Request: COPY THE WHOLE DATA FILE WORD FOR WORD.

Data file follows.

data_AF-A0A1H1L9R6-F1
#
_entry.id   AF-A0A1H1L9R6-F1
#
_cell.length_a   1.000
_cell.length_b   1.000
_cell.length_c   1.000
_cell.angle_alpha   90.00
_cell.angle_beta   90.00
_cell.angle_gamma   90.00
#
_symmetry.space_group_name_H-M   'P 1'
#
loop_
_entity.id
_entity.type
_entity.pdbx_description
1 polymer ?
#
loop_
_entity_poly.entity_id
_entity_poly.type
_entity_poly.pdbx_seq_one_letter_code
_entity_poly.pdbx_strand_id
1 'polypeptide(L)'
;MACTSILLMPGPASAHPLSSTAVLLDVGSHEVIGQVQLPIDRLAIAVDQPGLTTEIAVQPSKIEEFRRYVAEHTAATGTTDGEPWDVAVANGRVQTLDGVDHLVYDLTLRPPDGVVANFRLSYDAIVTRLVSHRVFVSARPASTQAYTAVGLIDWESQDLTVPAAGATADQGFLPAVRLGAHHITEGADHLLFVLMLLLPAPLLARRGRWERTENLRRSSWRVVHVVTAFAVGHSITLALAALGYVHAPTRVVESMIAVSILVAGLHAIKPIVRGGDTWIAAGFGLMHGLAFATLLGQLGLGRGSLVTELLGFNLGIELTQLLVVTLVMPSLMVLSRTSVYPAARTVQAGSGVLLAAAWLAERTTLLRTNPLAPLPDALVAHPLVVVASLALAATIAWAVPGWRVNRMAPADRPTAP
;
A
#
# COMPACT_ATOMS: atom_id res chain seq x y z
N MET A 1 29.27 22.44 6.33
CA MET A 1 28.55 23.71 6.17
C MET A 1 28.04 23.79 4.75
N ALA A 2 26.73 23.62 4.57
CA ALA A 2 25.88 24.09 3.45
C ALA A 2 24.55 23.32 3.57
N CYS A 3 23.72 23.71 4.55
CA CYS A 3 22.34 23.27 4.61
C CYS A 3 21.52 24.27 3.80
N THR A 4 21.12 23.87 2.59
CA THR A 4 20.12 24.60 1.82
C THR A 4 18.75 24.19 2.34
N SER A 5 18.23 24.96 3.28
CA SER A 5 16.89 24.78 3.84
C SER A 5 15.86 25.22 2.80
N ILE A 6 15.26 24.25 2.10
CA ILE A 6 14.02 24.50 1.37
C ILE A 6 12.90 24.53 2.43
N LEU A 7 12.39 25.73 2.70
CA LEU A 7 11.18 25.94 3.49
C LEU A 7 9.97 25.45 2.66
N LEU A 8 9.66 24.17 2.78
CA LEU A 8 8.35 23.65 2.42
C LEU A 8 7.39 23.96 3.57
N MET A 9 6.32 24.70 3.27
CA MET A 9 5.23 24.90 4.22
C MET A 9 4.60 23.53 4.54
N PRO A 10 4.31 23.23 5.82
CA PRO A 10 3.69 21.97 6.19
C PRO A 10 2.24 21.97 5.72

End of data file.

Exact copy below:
data_AF-A0A1H1L9R6-F1
#
_entry.id   AF-A0A1H1L9R6-F1
#
_cell.length_a   1.000
_cell.length_b   1.000
_cell.length_c   1.000
_cell.angle_alpha   90.00
_cell.angle_beta   90.00
_cell.angle_gamma   90.00
#
_symmetry.space_group_name_H-M   'P 1'
#
loop_
_entity.id
_entity.type
_entity.pdbx_description
1 polymer ?
#
loop_
_entity_poly.entity_id
_entity_poly.type
_entity_poly.pdbx_seq_one_letter_code
_entity_poly.pdbx_strand_id
1 'polypeptide(L)'
;MACTSILLMPGPASAHPLSSTAVLLDVGSHEVIGQVQLPIDRLAIAVDQPGLTTEIAVQPSKIEEFRRYVAEHTAATGTTDGEPWDVAVANGRVQTLDGVDHLVYDLTLRPPDGVVANFRLSYDAIVTRLVSHRVFVSARPASTQAYTAVGLIDWESQDLTVPAAGATADQGFLPAVRLGAHHITEGADHLLFVLMLLLPAPLLARRGRWERTENLRRSSWRVVHVVTAFAVGHSITLALAALGYVHAPTRVVESMIAVSILVAGLHAIKPIVRGGDTWIAAGFGLMHGLAFATLLGQLGLGRGSLVTELLGFNLGIELTQLLVVTLVMPSLMVLSRTSVYPAARTVQAGSGVLLAAAWLAERTTLLRTNPLAPLPDALVAHPLVVVASLALAATIAWAVPGWRVNRMAPADRPTAP
;
A
#
# COMPACT_ATOMS: atom_id res chain seq x y z
N MET A 1 29.27 22.44 6.33
CA MET A 1 28.55 23.71 6.17
C MET A 1 28.04 23.79 4.75
N ALA A 2 26.73 23.62 4.57
CA ALA A 2 25.88 24.09 3.45
C ALA A 2 24.55 23.32 3.57
N CYS A 3 23.72 23.71 4.55
CA CYS A 3 22.34 23.27 4.61
C CYS A 3 21.52 24.27 3.80
N THR A 4 21.12 23.87 2.59
CA THR A 4 20.12 24.60 1.82
C THR A 4 18.75 24.19 2.34
N SER A 5 18.23 24.96 3.28
CA SER A 5 16.89 24.78 3.84
C SER A 5 15.86 25.22 2.80
N ILE A 6 15.26 24.25 2.10
CA ILE A 6 14.02 24.50 1.37
C ILE A 6 12.90 24.53 2.43
N LEU A 7 12.39 25.73 2.70
CA LEU A 7 11.18 25.94 3.49
C LEU A 7 9.97 25.45 2.66
N LEU A 8 9.66 24.17 2.78
CA LEU A 8 8.35 23.65 2.42
C LEU A 8 7.39 23.96 3.57
N MET A 9 6.32 24.70 3.27
CA MET A 9 5.23 24.90 4.22
C MET A 9 4.60 23.53 4.54
N PRO A 10 4.31 23.23 5.82
CA PRO A 10 3.69 21.97 6.19
C PRO A 10 2.24 21.97 5.72